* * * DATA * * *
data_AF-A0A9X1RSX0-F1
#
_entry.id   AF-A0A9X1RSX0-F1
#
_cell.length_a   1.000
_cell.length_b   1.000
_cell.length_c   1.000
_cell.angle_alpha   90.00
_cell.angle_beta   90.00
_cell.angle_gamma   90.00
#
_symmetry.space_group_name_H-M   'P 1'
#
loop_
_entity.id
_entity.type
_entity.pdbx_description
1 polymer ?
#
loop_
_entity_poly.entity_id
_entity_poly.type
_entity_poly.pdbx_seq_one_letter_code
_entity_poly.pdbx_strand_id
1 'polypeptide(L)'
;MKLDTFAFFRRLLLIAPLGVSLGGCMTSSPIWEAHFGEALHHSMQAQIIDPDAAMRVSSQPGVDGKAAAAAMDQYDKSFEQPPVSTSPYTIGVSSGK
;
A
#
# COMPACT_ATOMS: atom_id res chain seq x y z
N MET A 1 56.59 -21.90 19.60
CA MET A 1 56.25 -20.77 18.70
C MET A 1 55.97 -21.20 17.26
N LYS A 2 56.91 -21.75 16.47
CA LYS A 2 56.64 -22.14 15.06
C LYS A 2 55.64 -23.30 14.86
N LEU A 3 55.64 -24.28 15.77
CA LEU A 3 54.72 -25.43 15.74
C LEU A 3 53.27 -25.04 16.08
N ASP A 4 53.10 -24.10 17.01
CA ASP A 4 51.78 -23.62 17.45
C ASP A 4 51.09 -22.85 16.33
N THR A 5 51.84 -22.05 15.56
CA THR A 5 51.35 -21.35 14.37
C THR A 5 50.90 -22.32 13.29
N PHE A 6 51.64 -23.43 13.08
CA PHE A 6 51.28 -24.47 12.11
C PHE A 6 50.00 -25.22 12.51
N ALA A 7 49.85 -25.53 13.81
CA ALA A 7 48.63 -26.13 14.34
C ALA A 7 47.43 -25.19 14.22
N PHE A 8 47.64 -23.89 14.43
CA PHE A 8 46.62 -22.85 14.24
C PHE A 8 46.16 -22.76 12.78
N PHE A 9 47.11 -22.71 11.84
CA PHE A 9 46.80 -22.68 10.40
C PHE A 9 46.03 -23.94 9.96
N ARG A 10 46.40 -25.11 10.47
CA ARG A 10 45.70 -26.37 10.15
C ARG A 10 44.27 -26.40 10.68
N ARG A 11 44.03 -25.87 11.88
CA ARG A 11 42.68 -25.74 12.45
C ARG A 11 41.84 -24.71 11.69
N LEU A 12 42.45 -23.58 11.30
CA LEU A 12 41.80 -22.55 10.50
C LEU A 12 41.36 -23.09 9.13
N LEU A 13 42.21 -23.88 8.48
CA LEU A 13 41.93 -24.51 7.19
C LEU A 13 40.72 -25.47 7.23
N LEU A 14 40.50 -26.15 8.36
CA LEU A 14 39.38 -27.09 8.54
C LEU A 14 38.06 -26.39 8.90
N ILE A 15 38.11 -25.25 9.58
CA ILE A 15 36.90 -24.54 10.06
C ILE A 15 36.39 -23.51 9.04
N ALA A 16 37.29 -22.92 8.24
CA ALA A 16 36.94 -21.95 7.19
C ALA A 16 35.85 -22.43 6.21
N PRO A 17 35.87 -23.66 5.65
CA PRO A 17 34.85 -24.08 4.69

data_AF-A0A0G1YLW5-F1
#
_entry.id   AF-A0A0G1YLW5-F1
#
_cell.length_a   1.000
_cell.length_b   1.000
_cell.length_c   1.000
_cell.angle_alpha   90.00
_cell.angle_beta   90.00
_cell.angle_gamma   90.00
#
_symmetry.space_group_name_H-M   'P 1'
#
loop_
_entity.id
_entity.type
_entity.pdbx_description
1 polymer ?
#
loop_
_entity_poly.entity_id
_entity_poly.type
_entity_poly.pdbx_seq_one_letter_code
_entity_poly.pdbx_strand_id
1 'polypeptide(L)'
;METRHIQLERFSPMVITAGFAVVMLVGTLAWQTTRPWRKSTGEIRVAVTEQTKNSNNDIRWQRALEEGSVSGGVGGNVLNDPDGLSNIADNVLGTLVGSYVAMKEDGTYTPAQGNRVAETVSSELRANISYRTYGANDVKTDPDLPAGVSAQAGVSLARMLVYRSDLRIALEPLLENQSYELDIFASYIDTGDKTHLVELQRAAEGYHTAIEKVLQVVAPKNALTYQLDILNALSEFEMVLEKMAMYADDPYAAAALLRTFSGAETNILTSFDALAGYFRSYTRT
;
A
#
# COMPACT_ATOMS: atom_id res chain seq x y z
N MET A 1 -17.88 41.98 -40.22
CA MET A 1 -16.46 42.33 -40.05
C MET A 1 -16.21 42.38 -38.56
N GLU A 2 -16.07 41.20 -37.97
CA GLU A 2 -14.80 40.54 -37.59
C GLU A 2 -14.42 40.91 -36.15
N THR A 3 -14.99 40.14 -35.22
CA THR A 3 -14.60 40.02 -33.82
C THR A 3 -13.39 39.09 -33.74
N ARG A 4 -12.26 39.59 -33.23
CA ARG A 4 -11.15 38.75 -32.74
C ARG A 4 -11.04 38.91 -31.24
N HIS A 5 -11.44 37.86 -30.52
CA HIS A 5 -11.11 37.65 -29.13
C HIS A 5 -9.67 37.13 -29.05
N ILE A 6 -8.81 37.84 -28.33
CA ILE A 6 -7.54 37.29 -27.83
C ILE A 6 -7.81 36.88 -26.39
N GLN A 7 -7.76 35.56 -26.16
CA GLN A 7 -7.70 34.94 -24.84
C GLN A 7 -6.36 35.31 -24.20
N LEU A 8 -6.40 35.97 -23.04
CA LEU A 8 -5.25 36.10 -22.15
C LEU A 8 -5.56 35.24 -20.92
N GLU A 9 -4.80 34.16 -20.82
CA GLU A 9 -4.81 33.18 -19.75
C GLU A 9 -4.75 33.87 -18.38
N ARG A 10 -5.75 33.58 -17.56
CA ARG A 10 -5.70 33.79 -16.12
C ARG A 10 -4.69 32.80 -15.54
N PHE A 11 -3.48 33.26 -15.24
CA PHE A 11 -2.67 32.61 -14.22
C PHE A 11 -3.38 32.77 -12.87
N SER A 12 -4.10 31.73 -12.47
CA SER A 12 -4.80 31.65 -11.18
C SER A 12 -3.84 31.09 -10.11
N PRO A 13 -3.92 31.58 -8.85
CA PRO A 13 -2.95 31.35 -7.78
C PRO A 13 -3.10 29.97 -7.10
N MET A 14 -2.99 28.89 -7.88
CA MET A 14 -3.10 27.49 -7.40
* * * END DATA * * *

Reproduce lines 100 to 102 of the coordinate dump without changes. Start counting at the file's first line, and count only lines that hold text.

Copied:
loop_
_entity_poly.entity_id
_entity_poly.type